Probably my favorite line in any story about Trump published over the last three years: “White House officials say they can only hope he refrains from discussing classified information when he is on them.”
What is life without hope?
No, wait, sorry. This is my favorite line: “Last year, Mr. Trump’s cellphone was left behind in a golf cart at his club in Bedminster, N.J., causing a scramble to locate it, according to two people familiar with what took place.”
Lotta good lines in this one. Of all the attempts to capture Trump’s approach to government, nothing quite does it like the idea that (a) enemy spies are listening to his private phone calls, (b) he knows it, (c) he DGAF because, well, that’s just the way he is. And no one else will much GAF either. The view on both left and right for the most part will be a fatalistic “this is just how things are now” even though there absolutely would have been impeachment chatter among the House GOP if the Times had dropped a story like this on Obama. (If you thought Emailgate was a strong attack line against Hillary, imagine if she’d been caught using a phone which she knew had been tapped by foreign spooks.) In fact, if I know MAGA Nation, I bet we’ll see a few hot takes online tomorrow that this is all eight-dimensional chess and that Trump wants the Russians and Chinese listening in because it’s easier for him to feed them disinformation that way.
Can you imagine how bored the Russians and Chinese must be listening to endless hours of Trump talking about his favorite segments from that morning’s episode of “Fox & Friends”?
Mr. Trump’s aides have repeatedly warned him that his cellphone calls are not secure, and they have told him that Russian spies are routinely eavesdropping on the calls, as well. But aides say the voluble president, who has been pressured into using his secure White House landline more often these days, has still refused to give up his iPhones. White House officials say they can only hope he refrains from discussing classified information when he is on them…
American spy agencies, the officials said, had learned that China and Russia were eavesdropping on the president’s cellphone calls from human sources inside foreign governments and intercepting communications between foreign officials.
The officials said they have also determined that China is seeking to use what it is learning from the calls — how Mr. Trump thinks, what arguments tend to sway him and to whom he is inclined to listen — to keep a trade war with the United States from escalating further. In what amounts to a marriage of lobbying and espionage, the Chinese have pieced together a list of the people with whom Mr. Trump regularly speaks in hopes of using them to influence the president, the officials said.
Reportedly Trump pals Stephen Schwarzman and Steve Wynn are prime targets of the Chinese influence campaign. Beijing feeds information to people who are in contact with Schwartzman and Wynn, and hopes/trusts that they’ll feed it to Trump when they chat. Schwartzman and Wynn probably don’t even know they’re being used as go-betweens. As Chinese intelligence listens in to Trump’s calls, they get a picture of which of his friends has the most sway and which arguments are most likely to persuade him. If in the near future Hannity starts coming out hard against tariffs and occasionally lapsing into mandarin during his show, now you’ll know why.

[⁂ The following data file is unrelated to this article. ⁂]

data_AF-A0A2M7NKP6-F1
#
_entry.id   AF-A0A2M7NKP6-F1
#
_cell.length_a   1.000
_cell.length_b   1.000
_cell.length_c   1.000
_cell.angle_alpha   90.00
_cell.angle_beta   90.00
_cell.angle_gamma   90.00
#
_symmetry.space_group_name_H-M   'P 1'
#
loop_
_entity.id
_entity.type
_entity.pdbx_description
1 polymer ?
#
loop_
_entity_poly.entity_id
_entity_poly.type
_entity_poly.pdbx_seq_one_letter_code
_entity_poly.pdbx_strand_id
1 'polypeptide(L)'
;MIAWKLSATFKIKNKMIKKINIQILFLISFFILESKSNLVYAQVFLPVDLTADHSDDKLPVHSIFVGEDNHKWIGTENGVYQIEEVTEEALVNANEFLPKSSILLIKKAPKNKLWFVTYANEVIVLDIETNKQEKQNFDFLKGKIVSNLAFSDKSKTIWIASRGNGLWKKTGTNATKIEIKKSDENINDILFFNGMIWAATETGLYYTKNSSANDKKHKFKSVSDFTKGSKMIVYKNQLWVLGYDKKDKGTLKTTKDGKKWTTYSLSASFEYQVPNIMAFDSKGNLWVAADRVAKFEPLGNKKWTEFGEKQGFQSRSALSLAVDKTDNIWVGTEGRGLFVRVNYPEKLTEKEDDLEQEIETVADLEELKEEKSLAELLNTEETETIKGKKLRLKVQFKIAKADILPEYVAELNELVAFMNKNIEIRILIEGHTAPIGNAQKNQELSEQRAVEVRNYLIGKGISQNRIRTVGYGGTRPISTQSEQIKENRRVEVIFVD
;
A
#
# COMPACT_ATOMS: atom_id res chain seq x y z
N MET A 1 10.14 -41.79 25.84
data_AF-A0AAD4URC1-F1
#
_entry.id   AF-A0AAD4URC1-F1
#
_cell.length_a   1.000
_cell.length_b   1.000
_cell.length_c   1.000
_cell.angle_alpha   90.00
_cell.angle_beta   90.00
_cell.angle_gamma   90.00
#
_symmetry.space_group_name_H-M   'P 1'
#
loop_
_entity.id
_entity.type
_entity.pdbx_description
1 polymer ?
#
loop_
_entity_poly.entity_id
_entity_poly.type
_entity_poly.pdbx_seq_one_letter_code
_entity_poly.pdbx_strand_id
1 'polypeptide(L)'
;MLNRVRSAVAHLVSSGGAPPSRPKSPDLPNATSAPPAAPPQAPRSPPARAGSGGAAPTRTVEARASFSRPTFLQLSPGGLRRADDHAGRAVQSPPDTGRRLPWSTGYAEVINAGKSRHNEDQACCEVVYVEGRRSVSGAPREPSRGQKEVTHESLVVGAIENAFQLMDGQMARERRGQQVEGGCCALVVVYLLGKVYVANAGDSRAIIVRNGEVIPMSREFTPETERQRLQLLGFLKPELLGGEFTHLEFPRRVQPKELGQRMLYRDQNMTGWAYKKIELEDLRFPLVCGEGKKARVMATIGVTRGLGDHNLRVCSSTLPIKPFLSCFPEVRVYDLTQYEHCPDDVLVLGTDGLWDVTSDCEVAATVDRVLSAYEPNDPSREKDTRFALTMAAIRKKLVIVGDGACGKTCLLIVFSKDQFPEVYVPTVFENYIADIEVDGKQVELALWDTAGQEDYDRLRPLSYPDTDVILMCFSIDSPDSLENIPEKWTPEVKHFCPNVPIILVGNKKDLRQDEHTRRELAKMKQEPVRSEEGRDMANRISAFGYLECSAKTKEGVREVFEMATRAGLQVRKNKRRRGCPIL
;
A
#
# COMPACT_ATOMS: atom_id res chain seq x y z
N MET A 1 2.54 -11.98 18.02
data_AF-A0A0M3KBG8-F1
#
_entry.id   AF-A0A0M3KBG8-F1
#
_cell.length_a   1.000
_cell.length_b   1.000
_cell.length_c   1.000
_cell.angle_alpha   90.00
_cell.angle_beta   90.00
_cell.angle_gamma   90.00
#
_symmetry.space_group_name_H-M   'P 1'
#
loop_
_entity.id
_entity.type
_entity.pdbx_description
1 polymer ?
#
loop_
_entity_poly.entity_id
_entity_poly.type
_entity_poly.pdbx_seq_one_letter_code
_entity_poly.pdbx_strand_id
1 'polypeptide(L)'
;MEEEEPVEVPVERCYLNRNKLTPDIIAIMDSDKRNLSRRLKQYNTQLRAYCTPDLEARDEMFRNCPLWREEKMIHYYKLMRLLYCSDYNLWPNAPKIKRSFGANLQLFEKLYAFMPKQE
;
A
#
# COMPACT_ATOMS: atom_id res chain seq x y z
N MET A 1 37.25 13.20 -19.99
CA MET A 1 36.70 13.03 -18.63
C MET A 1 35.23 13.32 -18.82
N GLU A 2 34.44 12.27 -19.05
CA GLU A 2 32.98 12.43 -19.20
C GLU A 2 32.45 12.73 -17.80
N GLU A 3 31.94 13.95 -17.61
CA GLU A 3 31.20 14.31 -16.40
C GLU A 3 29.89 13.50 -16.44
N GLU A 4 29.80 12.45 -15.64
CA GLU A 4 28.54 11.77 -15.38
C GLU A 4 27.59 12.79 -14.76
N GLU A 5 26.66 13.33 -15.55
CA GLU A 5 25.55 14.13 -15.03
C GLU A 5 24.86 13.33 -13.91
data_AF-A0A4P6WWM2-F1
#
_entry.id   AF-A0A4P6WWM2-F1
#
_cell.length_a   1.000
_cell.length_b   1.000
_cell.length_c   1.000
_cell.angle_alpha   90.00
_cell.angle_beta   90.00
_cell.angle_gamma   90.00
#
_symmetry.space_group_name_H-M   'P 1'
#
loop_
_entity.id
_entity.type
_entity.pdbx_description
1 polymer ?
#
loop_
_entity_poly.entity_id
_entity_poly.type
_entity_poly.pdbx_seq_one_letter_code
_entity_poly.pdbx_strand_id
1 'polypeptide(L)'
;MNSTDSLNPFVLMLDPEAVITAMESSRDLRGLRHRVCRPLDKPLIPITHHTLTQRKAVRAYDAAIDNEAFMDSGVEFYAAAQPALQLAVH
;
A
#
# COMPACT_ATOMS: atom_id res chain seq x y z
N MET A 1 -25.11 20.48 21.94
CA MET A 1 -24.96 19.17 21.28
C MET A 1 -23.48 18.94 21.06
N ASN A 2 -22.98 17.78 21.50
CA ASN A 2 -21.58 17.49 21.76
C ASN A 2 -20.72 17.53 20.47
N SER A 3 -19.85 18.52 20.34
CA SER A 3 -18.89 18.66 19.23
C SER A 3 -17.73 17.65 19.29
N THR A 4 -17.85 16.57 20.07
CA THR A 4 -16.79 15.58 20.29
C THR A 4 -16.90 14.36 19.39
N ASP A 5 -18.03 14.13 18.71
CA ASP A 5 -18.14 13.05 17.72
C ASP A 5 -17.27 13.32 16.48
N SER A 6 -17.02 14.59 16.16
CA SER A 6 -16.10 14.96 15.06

POTUS will cry “fake news” about this but Politico reported in May that he was using cell phones that lacked sophisticated security features and that White House aides were worried about it. I wrote about it here. He’s been warned about this for months, both privately and in print in hopes of publicly shaming him into using better operational security. The Politico story came packaged with reasons for hope from White House aides that the problem was overblown, though, as I noted in the earlier post: “Security tech is better now than it was even two years ago, said one source to Politico, and Trump’s call-only phone is swapped out on a regular basis.” Apparently that security tech isn’t good enough, if the Times’s sources are correct. And as for regularly replacing his phones, “Mr. Trump is supposed to swap out his two official phones every 30 days for new ones but rarely does, bristling at the inconvenience.”
So even the White House’s reassurances in May are now up in smoke. No wonder they’re whispering to the Times, hoping that the sheer embarrassment of this scoop will get him to change his ways.
There is some good news, though. Forget everything I said up top: This is absolutely, without question my favorite line(s) about Trump.
Administration officials said Mr. Trump’s longtime paranoia about surveillance — well before coming to the White House he believed his phone conversations were often being recorded — gave them some comfort that he was not disclosing classified information on the calls. They said they had further confidence he was not spilling secrets because he rarely digs into the details of the intelligence he is shown and is not well versed in the operational specifics of military or covert activities.
He just doesn’t pay close enough attention to the details of his job to pose a real security risk. Whew?
If you’re wondering why you should care that enemy spies are listening in on the president and the idea of enemy spies listening in on the president isn’t enough for you, I guarantee that there’ll be hearings on this next year in the House if Democrats clean up this fall. (There should be hearings regardless but good luck getting the GOP to bite.) It’s all upside for Pelosi: It’ll humiliate Trump, that humiliation will thrill her base, and it just might achieve something productive by getting him to take this matter seriously. He can yell “fake news” now but that’ll be much harder if/when intel people are under oath on television testifying that yes, it’s true, and yes, they warned him.